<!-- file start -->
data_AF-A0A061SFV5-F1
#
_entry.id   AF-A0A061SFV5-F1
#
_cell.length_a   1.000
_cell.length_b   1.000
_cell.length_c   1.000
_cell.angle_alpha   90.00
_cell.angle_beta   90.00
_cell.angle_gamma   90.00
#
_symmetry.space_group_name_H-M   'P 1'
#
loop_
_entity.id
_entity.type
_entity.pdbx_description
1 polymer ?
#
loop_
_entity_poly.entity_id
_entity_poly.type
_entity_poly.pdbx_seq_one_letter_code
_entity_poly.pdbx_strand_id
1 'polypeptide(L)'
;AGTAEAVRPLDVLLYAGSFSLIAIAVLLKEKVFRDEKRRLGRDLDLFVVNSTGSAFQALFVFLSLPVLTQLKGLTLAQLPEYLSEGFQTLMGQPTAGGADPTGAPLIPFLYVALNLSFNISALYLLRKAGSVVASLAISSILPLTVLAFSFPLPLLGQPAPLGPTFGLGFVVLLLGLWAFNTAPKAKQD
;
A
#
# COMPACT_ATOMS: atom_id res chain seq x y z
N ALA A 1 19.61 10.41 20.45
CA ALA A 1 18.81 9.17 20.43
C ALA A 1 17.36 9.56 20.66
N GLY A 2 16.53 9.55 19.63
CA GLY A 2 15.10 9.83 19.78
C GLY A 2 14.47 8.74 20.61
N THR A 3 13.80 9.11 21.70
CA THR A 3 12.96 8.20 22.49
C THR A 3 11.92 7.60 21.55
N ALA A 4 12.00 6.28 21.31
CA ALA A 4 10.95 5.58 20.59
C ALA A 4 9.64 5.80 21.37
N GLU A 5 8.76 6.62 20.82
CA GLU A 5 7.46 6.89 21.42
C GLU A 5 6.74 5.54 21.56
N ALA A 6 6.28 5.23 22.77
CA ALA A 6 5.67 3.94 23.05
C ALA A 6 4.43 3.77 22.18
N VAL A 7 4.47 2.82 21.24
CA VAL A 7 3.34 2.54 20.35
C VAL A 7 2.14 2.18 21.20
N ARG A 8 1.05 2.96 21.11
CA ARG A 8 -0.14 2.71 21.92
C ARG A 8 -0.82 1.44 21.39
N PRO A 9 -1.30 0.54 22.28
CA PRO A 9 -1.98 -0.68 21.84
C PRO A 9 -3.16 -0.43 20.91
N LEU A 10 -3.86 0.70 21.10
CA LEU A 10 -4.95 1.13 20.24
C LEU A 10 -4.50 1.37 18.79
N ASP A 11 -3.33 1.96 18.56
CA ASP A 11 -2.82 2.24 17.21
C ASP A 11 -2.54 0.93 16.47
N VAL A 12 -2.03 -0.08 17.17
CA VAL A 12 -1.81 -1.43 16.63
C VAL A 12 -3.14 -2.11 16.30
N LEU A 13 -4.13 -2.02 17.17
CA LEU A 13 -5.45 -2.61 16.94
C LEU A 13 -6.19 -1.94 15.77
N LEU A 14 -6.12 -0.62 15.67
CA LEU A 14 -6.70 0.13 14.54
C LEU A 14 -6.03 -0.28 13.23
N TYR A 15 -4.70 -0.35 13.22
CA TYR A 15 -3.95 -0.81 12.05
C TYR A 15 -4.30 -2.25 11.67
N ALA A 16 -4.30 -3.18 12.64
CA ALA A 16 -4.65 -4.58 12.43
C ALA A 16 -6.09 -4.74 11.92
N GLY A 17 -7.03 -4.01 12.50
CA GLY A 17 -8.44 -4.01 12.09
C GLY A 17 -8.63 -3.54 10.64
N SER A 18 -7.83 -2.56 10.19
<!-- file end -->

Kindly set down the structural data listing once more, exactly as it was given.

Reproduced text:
data_AF-A0A061SFV5-F1
#
_entry.id   AF-A0A061SFV5-F1
#
_cell.length_a   1.000
_cell.length_b   1.000
_cell.length_c   1.000
_cell.angle_alpha   90.00
_cell.angle_beta   90.00
_cell.angle_gamma   90.00
#
_symmetry.space_group_name_H-M   'P 1'
#
loop_
_entity.id
_entity.type
_entity.pdbx_description
1 polymer ?
#
loop_
_entity_poly.entity_id
_entity_poly.type
_entity_poly.pdbx_seq_one_letter_code
_entity_poly.pdbx_strand_id
1 'polypeptide(L)'
;AGTAEAVRPLDVLLYAGSFSLIAIAVLLKEKVFRDEKRRLGRDLDLFVVNSTGSAFQALFVFLSLPVLTQLKGLTLAQLPEYLSEGFQTLMGQPTAGGADPTGAPLIPFLYVALNLSFNISALYLLRKAGSVVASLAISSILPLTVLAFSFPLPLLGQPAPLGPTFGLGFVVLLLGLWAFNTAPKAKQD
;
A
#
# COMPACT_ATOMS: atom_id res chain seq x y z
N ALA A 1 19.61 10.41 20.45
CA ALA A 1 18.81 9.17 20.43
C ALA A 1 17.36 9.56 20.66
N GLY A 2 16.53 9.55 19.63
CA GLY A 2 15.10 9.83 19.78
C GLY A 2 14.47 8.74 20.61
N THR A 3 13.80 9.11 21.70
CA THR A 3 12.96 8.20 22.49
C THR A 3 11.92 7.60 21.55
N ALA A 4 12.00 6.28 21.31
CA ALA A 4 10.95 5.58 20.59
C ALA A 4 9.64 5.80 21.37
N GLU A 5 8.76 6.62 20.82
CA GLU A 5 7.46 6.89 21.42
C GLU A 5 6.74 5.54 21.56
N ALA A 6 6.28 5.23 22.77
CA ALA A 6 5.67 3.94 23.05
C ALA A 6 4.43 3.77 22.18
N VAL A 7 4.47 2.82 21.24
CA VAL A 7 3.34 2.54 20.35
C VAL A 7 2.14 2.18 21.20
N ARG A 8 1.05 2.96 21.11
CA ARG A 8 -0.14 2.71 21.92
C ARG A 8 -0.82 1.44 21.39
N PRO A 9 -1.30 0.54 22.28
CA PRO A 9 -1.98 -0.68 21.84
C PRO A 9 -3.16 -0.43 20.91
N LEU A 10 -3.86 0.70 21.10
CA LEU A 10 -4.95 1.13 20.24
C LEU A 10 -4.50 1.37 18.79
N ASP A 11 -3.33 1.96 18.56
CA ASP A 11 -2.82 2.24 17.21
C ASP A 11 -2.54 0.93 16.47
N VAL A 12 -2.03 -0.08 17.17
CA VAL A 12 -1.81 -1.43 16.63
C VAL A 12 -3.14 -2.11 16.30
N LEU A 13 -4.13 -2.02 17.17
CA LEU A 13 -5.45 -2.61 16.94
C LEU A 13 -6.19 -1.94 15.77
N LEU A 14 -6.12 -0.62 15.67
CA LEU A 14 -6.70 0.13 14.54
C LEU A 14 -6.03 -0.28 13.23
N TYR A 15 -4.70 -0.35 13.22
CA TYR A 15 -3.95 -0.81 12.05
C TYR A 15 -4.30 -2.25 11.67
N ALA A 16 -4.30 -3.18 12.64
CA ALA A 16 -4.65 -4.58 12.43
C ALA A 16 -6.09 -4.74 11.92
N GLY A 17 -7.03 -4.01 12.50
CA GLY A 17 -8.44 -4.01 12.09
C GLY A 17 -8.63 -3.54 10.64
N SER A 18 -7.83 -2.56 10.19